Politics2020 Election


Election Watchdog: 300 Cases Open And Not Enough Preparation For 2020

"We are really handicapped right now," says Ellen Weintraub, a commissioner on the Federal Election Commission.
Posted at 6:40 PM, Feb 24, 2020

"We have to be a lot more worried about what foreign governments might be trying to intervene in our election. This would be illegal, but will we catch it? Will it be punished? These are all important issues. That's what keeps me up at night."

Ellen Weintraub is a commissioner on the U.S. Federal Election Commission, the independent agency tasked with monitoring how money is raised and spent in elections -- and enforcing penalties to violators. She’s worked there for 17 years, and these days she’s sounding alarm bells -- warning that the FEC can’t do its job and that the U.S. isn’t doing enough to ensure the 2020 election is just for Americans, funded by Americans. 

Foreign funding, disinformation, micro-targeting. These are all issues that we have to think about for the 2020 election. What are your biggest concerns? 

"I worry always about dark money and what the dark money might be obscuring. It could be foreign money. It could be just plain old illegal money, or it could be just plain old money that's not illegal, but nobody knows where it's coming from," Weintraub says.

The FEC currently has three commissioners -- one Republican, one Independent, and Weintraub, a Democrat. Another commissioner resigned in August, leaving the agency one person short of a quorum needed to enforce regulations. And President Donald Trump’s sole nominee for commissioner has been awaiting Senate confirmation for more than two years. 

The fact that there are only three commissioners right now, meaning that there is no quorum, how does that affect election security? 

"We are really handicapped right now," Weintraub says. "We can't issue new regulations to adapt to changing circumstances. We can't issue advisory opinions in case somebody has a particular question. We can't launch any new investigations for the complaints that are piling up every day and we can't conclude any investigations."

Weintraub told Newsy that roughly 300 cases have not been closed, including a complaint that a Sen. Bernie Sanders-founded nonprofit received funds exceeding federal limits. She says 119 cases are ready for commission decisions, including penalizing people.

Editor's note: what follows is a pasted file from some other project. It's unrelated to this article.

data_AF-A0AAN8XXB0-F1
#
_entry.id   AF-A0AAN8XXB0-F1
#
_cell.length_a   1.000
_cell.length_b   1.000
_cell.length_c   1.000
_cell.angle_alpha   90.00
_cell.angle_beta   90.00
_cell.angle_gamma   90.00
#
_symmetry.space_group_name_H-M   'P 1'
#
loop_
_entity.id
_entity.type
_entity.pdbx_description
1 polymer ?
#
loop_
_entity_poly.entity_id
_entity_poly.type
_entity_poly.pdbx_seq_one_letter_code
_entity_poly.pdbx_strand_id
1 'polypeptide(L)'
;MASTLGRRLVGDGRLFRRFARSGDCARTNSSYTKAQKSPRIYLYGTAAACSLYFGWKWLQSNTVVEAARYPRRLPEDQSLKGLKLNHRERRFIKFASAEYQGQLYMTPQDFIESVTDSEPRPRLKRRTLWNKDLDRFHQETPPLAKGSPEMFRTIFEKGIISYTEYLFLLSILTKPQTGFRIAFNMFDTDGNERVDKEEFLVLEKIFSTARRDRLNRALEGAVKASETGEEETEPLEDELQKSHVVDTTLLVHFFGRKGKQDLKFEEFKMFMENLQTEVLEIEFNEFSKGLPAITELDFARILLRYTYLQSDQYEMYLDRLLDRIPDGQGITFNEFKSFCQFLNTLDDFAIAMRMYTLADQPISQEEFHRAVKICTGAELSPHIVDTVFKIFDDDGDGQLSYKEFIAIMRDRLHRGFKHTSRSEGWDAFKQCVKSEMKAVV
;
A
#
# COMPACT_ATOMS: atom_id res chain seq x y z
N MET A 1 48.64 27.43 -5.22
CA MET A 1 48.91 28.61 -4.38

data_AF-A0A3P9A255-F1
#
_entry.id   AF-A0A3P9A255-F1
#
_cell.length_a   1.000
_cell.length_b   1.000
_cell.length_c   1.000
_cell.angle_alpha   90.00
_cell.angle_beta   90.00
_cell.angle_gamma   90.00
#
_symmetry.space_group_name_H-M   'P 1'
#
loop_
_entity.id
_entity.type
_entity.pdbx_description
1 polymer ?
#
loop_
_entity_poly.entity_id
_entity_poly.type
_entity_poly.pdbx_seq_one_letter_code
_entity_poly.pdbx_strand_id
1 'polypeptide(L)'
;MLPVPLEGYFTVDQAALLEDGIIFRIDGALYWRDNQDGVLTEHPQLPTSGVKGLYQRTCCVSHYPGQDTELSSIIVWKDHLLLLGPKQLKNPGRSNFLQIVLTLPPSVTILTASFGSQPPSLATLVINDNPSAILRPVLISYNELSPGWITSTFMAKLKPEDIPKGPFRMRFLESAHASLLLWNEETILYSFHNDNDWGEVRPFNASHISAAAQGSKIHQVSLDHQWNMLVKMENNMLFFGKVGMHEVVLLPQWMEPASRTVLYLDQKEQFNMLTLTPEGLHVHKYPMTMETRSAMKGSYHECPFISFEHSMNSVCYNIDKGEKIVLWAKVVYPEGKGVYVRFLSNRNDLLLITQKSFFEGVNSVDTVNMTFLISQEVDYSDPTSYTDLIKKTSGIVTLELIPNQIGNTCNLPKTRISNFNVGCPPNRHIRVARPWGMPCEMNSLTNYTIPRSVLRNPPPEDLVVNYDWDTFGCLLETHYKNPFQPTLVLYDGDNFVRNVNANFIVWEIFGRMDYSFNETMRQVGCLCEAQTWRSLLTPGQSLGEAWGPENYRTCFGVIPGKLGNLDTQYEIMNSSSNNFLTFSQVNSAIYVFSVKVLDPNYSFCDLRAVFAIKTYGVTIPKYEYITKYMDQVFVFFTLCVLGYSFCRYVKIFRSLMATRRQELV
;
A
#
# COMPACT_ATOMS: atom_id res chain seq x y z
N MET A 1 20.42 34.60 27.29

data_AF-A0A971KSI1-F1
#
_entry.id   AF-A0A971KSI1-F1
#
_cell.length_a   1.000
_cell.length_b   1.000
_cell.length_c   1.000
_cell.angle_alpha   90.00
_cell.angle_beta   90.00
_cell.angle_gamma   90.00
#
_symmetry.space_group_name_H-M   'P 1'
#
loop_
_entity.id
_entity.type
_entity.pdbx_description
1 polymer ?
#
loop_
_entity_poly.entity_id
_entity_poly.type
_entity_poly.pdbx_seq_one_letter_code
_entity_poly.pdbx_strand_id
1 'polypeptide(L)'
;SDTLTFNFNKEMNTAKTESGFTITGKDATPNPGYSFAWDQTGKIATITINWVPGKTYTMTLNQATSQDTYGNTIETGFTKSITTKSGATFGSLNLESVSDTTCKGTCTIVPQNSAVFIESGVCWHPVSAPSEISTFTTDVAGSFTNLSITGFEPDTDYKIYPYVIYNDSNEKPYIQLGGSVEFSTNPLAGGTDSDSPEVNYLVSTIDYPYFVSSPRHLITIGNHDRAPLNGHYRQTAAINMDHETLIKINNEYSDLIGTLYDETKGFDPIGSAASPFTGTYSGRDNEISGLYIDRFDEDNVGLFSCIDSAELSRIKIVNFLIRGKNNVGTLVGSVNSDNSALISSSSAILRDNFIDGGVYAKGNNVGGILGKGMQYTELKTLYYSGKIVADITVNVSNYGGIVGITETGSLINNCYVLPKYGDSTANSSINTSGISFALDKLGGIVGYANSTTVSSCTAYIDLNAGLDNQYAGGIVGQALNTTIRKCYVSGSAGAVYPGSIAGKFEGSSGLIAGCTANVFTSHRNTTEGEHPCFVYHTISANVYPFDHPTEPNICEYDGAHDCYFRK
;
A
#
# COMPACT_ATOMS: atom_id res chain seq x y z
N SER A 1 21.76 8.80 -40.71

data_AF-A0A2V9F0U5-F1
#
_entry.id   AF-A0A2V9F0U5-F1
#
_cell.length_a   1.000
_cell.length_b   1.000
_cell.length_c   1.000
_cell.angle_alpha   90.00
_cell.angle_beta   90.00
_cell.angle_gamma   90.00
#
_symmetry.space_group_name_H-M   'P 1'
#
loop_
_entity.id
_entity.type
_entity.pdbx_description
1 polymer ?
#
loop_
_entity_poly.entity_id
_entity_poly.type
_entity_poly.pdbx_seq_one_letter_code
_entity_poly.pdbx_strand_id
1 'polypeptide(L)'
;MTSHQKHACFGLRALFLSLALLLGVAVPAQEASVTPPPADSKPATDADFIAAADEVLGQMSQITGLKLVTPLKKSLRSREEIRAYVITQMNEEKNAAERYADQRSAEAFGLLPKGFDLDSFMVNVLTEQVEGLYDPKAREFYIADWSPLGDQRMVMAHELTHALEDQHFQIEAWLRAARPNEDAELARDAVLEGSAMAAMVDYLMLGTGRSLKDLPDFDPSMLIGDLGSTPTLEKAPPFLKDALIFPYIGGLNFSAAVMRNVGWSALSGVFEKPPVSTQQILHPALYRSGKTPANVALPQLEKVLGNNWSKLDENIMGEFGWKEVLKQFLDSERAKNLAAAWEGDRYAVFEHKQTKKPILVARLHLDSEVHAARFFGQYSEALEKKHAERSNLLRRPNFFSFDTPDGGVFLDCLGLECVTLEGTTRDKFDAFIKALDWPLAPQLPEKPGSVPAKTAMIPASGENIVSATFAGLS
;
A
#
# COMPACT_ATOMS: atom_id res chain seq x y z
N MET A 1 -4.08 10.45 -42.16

All those cases just sit there and the numbers keep piling up.

Senate Rules Committee Chairman Roy Blunt didn’t respond to Newsy’s requests for comment on why the committee has delayed a confirmation hearing on the president’s nominee for commissioner since 2017. And time is ticking when it comes to enforcement.

There is a statute of limitation of five years, and 2016 was four years ago. Are there any issues that you would like to see addressed specifically from the 2016 presidential election?

"We do have matters in-house that we're butting up against the statute of limitations on. I'm concerned we're just gonna lose them," Weintraub tells Newsy.

Even before losing its enforcement abilities, the polarization racking Washington was felt inside the halls of FEC. Weintraub has often been at odds with Caroline Hunter, the Republican and current chair of the agency. Last summer, Weintraub wanted to contact the FBI to ask whether it was investigating allegations that a Russia banker funneled money to the National Rifle Association to help President Trump. She says Republican colleagues would not agree to her making the phone call. 

"Those cases were closed without investigation much to my regret, and I think the American people are never going to know the answer to that question."

The FBI would not confirm to Newsy whether the cases were closed.

"I'm continually frustrated, but I think that this agency is so important. I think this is such an important mission and I am so committed to it that I just have to come in every day and keep trying."